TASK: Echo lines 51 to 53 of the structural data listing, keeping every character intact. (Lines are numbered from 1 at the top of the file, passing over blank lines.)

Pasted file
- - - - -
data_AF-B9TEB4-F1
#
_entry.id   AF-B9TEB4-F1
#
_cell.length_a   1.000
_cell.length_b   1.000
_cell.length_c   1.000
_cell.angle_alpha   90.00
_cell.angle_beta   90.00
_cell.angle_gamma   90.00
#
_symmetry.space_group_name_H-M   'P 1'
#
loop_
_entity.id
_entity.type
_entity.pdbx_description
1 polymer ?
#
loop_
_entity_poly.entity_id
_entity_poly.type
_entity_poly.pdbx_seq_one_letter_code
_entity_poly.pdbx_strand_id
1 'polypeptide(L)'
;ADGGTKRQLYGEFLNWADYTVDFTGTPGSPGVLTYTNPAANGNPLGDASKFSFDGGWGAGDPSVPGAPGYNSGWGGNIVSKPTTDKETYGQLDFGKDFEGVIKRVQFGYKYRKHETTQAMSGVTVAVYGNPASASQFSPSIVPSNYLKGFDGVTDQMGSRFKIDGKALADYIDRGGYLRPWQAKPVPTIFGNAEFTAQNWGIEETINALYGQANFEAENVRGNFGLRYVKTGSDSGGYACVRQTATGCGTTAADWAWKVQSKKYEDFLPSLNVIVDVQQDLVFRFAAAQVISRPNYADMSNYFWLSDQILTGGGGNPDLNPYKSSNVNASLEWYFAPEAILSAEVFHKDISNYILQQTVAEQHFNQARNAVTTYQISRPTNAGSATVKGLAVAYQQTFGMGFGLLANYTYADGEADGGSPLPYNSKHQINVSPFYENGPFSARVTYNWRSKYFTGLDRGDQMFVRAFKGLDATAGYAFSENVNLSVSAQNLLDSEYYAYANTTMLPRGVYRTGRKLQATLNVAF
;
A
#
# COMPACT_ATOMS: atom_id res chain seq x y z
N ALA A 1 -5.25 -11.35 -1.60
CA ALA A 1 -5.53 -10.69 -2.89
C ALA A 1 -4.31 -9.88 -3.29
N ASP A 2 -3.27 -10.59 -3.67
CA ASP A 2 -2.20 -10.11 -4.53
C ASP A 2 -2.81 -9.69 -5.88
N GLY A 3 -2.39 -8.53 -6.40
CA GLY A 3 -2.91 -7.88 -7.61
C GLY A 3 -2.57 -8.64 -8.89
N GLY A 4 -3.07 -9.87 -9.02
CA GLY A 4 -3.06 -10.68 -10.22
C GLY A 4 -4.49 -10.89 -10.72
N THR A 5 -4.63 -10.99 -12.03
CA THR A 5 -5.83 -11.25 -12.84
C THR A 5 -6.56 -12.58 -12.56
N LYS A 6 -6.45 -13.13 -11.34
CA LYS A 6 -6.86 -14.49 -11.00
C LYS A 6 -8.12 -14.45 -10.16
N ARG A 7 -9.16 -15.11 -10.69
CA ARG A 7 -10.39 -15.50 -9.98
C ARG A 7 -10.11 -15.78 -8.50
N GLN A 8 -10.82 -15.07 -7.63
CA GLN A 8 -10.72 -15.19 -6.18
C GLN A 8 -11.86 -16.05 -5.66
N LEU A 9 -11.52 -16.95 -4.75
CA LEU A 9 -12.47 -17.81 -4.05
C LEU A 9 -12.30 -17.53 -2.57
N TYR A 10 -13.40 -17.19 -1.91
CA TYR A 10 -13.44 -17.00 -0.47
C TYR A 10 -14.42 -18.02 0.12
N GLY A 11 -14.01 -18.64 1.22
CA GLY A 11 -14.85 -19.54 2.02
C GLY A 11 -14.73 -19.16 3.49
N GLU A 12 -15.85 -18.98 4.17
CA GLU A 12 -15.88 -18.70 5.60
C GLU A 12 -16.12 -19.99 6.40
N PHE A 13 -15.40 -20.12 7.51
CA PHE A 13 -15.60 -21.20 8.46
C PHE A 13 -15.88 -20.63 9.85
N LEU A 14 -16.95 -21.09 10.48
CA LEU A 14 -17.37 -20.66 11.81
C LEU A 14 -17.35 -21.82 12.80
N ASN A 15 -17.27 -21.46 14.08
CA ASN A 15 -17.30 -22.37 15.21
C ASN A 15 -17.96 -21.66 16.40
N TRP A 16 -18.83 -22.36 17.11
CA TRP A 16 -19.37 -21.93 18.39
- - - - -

C ARG A 7 -10.11 -15.78 -8.50
N GLN A 8 -10.82 -15.07 -7.63
CA GLN A 8 -10.72 -15.19 -6.18